If you thought the clothes you put on in the morning would be the last ones you’d ever wear, you’d choose them more carefully. I would have.
Last seen in a purple t-shirt, jeans, and black Chuck Taylors. May or may not have been wearing a rainbow loom friendship bracelet.
Not, for the record. I took it off weeks ago. And the shirt was more violet than purple. Violet like twilight, which it was, and the end of April, but already summer-warm, and I was zinging, vibrating, every raw nerve brimming with want: to go somewhere, to do something, and my cousin’s confirmation party was not that thing, and Hannah had said we could meet at the skate park later and I was asking my mother, one more time, when we could leave and she said Get lost!
So I did. Slammed my glass of off-brand orange soda on the table and walked out the back door, past the adults talking their boring talk, past the little kids and their dumb party games. I walked to the end of my cousin’s street and kept walking, wondering when they’d miss me, when my mother would be sorry she’d pushed me away. Get lost! I walked until I no longer knew the names of streets, cut through backyards like a spy, seeing the blue lights of TVs through picture windows, hearing lawn sprinklers, thinking how people were carrying on with their ordinary lives, barely awake, barely alive, and this was not the life I wanted. I wanted to ride dragons; I wanted to find lost cities; I wanted to climb a mountain peak in the sharp, red outback, under a sky of a billion stars. I wanted something more, something I couldn’t name.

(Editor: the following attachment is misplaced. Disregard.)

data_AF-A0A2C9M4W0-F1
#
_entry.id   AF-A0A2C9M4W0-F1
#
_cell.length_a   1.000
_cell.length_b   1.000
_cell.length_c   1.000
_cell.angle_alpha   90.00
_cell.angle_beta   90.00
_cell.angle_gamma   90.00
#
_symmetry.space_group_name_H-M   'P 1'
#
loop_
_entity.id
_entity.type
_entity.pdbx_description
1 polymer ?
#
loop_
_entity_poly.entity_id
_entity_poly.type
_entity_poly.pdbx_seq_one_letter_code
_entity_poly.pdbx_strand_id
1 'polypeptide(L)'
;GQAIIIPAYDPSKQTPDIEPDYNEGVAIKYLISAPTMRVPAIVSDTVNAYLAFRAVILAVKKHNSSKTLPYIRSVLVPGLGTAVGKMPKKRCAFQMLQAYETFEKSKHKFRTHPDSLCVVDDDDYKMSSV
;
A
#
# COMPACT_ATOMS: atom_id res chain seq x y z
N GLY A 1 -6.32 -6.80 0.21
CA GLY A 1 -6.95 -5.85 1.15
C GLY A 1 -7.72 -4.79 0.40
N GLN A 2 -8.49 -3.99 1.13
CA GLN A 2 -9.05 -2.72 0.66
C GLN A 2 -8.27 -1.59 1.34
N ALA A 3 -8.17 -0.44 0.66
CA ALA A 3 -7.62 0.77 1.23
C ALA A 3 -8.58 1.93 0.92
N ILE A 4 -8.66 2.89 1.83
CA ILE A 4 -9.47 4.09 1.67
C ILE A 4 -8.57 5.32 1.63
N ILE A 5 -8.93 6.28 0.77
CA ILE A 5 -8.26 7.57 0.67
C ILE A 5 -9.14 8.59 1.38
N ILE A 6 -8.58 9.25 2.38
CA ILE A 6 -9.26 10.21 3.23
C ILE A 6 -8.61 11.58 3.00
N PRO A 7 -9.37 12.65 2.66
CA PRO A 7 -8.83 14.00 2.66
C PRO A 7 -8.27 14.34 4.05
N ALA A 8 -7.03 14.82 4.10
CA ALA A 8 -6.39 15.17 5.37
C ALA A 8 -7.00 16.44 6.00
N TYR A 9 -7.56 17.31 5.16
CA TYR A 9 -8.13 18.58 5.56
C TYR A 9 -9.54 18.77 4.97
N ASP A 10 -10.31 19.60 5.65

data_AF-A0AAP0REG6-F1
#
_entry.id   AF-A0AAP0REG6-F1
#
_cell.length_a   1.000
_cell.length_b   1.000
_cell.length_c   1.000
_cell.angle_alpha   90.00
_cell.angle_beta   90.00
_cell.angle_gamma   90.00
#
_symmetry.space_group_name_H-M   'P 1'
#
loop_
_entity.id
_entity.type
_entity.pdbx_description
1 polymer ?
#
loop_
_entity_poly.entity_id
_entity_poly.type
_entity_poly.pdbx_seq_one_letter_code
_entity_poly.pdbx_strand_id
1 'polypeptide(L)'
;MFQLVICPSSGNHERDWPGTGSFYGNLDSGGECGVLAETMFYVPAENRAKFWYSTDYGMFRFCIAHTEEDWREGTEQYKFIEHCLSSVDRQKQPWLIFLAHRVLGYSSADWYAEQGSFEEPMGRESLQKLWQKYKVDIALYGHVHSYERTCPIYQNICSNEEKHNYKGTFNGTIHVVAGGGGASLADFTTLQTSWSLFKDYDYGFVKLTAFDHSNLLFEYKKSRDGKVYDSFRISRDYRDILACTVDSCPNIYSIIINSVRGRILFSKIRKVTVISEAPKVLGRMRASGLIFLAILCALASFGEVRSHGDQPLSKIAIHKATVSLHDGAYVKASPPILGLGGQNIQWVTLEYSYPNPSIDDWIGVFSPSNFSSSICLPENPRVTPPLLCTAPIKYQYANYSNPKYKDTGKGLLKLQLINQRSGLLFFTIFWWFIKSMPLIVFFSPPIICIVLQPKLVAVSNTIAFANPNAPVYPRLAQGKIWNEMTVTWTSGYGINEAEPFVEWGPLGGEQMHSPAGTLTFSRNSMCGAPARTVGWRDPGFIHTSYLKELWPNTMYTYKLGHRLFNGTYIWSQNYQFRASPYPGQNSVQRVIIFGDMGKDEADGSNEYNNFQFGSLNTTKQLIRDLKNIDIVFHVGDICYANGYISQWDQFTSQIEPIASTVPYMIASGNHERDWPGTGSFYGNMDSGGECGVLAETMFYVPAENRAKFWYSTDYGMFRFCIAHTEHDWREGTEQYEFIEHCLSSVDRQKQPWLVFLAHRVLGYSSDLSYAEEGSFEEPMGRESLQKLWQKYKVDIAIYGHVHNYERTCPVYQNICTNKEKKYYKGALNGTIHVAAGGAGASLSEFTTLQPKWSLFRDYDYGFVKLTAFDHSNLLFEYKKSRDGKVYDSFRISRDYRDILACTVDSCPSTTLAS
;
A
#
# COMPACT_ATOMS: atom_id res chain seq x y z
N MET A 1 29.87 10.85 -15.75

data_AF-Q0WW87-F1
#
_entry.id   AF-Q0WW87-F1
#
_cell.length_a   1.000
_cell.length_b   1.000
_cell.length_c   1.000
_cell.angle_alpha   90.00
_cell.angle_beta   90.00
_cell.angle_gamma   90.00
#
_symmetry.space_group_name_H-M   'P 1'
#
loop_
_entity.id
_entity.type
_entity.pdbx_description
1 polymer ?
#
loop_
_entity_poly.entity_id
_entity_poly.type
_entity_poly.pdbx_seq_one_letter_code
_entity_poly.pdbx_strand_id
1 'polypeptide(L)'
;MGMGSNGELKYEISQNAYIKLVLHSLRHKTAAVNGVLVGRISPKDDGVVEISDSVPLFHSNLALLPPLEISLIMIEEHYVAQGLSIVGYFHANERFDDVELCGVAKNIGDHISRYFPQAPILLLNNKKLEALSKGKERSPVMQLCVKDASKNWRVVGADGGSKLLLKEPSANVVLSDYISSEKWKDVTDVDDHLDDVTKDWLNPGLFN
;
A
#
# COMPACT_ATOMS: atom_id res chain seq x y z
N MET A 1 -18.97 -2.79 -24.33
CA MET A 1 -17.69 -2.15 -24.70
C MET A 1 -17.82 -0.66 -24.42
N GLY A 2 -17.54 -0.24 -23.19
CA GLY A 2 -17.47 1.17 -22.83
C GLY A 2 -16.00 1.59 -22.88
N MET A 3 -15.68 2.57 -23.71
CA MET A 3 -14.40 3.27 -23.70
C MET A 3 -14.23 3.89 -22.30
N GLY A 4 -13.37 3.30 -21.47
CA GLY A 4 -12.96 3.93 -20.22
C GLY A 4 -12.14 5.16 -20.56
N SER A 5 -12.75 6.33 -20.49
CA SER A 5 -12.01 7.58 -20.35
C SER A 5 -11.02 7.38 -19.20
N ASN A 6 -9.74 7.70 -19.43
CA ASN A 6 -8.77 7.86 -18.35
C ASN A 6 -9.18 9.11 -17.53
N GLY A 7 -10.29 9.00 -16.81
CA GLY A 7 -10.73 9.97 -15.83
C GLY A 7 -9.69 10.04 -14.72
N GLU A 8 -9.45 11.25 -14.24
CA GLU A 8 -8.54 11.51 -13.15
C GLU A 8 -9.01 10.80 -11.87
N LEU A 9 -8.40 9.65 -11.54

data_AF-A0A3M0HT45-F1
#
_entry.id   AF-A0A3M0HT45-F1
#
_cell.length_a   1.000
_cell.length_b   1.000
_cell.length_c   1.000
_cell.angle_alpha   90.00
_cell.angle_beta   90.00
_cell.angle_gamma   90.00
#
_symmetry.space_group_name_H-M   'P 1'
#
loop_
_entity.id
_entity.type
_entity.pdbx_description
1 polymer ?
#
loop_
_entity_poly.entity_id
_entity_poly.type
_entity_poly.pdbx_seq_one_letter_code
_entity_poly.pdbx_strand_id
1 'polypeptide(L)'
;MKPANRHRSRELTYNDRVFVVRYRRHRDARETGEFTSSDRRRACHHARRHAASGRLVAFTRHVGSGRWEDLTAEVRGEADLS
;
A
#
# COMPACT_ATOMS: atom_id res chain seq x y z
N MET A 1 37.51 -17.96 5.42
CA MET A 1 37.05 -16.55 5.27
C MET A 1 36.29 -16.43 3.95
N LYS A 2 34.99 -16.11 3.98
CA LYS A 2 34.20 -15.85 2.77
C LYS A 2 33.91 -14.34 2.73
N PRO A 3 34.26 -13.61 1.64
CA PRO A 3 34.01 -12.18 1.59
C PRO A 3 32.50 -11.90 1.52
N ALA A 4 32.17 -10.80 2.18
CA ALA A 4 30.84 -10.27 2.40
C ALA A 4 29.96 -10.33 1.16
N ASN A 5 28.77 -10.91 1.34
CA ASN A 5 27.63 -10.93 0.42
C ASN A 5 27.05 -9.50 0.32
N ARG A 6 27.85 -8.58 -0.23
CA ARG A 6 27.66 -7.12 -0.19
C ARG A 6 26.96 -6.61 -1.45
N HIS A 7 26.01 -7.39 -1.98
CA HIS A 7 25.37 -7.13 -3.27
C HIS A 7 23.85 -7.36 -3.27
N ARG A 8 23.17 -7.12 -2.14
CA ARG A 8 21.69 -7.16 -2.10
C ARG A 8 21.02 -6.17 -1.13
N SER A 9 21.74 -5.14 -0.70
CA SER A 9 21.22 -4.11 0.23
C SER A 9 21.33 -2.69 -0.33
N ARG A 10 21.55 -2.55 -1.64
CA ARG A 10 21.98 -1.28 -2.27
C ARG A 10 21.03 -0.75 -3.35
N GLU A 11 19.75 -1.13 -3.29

I pulled a pink flower from a hedge with thick, waxy leaves and breathed in its strange, spicy smell. I tucked the flower behind my ear like a dark-haired girl in a painting I’d seen in a book in the school library. The girl was topless, or would have been, but someone had inked in a bikini top and written Woo! Woo!, and I swayed down the road like I was that girl, crowds of people saying Woo! Woo! in my head; I wanted to be a bad girl, a wild girl; no one had any idea of who I was or what I could become—so of course I got into that car. Got in with my own two feet. The path forked and I took the path that was all wrong, the path the lost girls take, but what other path could I have taken? In that warm violet twilight, with new grass bending under my feet, the music from that car pulsing past me, slowing down, that man leaning out and saying how hot I was, and I was on fire, I was so alive in that moment, every cell in my body tingling, waiting for something, finally, to happen: so alive, so alive.
Kathryn Kulpa is a New England-based fiction writer whose work has appeared in Smokelong Quarterly, KYSO Flash, and Digging Through the Fat. She was a winner of the Vella Chapbook Contest for her flash fiction collection, Girls on Film, forthcoming from Paper Nautilus, and is the author of a short story collection, Pleasant Drugs. She will write for coffee. Follow her on Twitter at @kathrynkulpa.